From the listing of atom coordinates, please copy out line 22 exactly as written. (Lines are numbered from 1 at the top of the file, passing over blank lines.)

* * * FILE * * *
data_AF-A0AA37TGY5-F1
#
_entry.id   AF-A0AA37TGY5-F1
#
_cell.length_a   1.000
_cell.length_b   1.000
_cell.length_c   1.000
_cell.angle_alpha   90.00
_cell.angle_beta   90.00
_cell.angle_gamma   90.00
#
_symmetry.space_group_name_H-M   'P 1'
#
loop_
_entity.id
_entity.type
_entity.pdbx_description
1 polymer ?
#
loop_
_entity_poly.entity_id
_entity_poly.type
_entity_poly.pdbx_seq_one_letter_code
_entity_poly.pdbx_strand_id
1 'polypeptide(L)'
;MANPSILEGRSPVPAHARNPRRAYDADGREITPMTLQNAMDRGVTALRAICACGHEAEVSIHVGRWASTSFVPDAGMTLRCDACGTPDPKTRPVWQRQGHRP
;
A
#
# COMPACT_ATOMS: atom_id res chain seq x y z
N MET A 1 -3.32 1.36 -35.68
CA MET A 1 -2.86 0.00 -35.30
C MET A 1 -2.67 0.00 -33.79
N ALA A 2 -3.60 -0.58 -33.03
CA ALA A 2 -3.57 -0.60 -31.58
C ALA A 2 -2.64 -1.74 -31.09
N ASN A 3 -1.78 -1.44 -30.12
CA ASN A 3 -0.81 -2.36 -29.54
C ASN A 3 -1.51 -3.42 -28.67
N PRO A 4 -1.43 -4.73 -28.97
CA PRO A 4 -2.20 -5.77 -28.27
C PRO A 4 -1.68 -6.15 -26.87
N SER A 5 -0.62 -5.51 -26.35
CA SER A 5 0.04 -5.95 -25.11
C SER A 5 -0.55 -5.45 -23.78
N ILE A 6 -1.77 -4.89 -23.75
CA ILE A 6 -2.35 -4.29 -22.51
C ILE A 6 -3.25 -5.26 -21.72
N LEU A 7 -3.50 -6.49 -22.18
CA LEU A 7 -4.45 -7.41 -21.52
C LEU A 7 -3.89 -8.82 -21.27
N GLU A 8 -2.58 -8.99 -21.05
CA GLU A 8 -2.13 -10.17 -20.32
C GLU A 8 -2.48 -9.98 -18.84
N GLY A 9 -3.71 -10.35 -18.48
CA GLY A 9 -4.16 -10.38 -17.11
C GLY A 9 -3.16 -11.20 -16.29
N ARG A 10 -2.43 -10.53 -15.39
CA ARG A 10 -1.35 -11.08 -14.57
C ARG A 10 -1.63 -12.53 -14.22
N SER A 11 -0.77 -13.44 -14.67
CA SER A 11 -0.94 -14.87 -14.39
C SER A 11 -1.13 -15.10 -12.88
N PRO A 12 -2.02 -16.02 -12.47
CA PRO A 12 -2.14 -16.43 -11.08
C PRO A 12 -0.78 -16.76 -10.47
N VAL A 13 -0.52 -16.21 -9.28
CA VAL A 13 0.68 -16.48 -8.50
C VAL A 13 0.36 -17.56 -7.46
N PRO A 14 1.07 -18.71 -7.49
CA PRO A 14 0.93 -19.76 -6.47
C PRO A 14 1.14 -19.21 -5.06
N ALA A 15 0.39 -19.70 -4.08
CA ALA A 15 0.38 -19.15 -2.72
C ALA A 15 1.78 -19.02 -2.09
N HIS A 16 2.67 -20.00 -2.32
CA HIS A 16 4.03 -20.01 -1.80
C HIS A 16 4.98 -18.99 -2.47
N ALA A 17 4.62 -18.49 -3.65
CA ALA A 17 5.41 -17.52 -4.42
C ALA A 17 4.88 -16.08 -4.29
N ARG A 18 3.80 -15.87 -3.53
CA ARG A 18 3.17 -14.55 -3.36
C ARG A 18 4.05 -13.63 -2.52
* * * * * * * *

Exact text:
_entity_poly.type